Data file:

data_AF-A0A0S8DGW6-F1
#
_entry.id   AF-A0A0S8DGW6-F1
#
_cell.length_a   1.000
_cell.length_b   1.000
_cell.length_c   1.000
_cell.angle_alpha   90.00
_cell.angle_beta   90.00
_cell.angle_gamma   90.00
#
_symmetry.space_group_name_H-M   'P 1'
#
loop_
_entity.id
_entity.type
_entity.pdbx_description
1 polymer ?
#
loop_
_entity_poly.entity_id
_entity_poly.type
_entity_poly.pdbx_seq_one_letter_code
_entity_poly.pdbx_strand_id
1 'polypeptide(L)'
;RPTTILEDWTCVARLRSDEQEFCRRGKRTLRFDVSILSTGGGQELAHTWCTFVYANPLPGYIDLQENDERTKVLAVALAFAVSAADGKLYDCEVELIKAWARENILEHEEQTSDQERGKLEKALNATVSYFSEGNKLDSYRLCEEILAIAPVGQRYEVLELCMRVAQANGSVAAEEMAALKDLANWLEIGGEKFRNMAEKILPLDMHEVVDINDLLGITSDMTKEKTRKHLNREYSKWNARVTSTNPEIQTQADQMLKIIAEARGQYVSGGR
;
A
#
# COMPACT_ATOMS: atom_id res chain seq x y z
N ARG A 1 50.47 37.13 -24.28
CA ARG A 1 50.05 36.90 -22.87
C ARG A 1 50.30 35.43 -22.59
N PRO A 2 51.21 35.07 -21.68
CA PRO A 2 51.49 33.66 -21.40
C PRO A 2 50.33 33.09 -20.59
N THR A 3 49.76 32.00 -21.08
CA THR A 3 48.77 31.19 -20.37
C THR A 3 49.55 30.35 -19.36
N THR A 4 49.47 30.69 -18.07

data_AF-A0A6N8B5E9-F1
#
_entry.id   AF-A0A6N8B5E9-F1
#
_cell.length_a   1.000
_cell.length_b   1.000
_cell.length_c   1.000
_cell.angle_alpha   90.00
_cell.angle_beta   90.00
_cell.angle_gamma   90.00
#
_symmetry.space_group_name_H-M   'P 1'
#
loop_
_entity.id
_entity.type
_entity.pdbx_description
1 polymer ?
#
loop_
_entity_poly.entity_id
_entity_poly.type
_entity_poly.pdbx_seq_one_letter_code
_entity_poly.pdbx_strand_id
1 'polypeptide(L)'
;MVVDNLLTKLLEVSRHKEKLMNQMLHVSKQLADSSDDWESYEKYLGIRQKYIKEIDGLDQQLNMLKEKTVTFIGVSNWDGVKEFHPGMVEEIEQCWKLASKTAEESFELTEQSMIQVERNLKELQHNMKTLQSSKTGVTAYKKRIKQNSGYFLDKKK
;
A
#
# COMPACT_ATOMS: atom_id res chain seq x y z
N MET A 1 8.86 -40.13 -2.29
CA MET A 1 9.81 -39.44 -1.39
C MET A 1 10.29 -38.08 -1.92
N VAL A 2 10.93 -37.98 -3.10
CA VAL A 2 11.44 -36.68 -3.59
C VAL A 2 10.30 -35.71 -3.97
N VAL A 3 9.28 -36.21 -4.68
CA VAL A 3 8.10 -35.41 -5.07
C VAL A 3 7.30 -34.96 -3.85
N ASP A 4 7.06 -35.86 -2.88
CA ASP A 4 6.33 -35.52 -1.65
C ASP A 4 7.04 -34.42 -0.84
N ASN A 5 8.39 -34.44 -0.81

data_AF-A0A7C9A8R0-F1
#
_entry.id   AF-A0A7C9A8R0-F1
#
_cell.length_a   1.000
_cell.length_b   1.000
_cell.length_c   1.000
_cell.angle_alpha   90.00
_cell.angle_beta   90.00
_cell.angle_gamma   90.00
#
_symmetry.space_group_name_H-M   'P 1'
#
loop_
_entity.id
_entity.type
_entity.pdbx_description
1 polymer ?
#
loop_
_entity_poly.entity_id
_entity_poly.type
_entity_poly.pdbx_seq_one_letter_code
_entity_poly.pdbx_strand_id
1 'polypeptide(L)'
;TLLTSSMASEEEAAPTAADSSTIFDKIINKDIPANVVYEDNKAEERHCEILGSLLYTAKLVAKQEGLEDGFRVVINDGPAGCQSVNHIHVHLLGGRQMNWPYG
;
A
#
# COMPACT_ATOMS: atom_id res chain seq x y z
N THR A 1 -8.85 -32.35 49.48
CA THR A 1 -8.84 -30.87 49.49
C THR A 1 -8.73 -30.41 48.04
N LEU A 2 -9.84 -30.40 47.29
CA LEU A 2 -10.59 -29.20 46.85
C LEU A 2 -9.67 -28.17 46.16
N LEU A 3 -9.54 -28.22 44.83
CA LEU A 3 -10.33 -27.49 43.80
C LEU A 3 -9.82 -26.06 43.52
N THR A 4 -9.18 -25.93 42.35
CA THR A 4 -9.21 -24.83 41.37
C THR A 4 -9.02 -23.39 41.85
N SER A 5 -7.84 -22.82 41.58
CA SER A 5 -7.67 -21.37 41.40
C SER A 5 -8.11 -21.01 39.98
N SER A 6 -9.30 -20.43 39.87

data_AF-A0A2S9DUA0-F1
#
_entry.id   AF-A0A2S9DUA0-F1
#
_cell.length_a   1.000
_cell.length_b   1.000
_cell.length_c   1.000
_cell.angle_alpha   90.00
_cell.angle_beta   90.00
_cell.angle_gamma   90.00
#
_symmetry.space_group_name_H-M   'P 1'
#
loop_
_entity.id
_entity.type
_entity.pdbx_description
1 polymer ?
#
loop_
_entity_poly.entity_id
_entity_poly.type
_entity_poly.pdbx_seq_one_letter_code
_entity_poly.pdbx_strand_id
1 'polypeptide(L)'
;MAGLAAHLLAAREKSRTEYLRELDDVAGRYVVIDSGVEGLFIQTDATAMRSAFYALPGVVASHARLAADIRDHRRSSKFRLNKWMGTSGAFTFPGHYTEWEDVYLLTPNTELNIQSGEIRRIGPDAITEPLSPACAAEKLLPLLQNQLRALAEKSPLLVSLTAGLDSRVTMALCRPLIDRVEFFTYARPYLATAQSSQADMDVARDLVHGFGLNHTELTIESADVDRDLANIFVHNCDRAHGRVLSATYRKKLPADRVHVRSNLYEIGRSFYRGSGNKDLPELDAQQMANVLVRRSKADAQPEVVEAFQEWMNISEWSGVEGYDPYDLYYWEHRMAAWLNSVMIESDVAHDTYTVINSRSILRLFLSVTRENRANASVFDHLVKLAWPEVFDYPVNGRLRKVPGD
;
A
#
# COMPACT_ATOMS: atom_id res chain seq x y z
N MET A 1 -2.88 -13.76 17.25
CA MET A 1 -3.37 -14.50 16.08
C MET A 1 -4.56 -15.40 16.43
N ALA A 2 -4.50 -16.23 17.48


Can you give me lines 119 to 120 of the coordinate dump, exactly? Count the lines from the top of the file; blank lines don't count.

C LEU A 2 -9.67 -28.17 46.16
N LEU A 3 -9.54 -28.22 44.83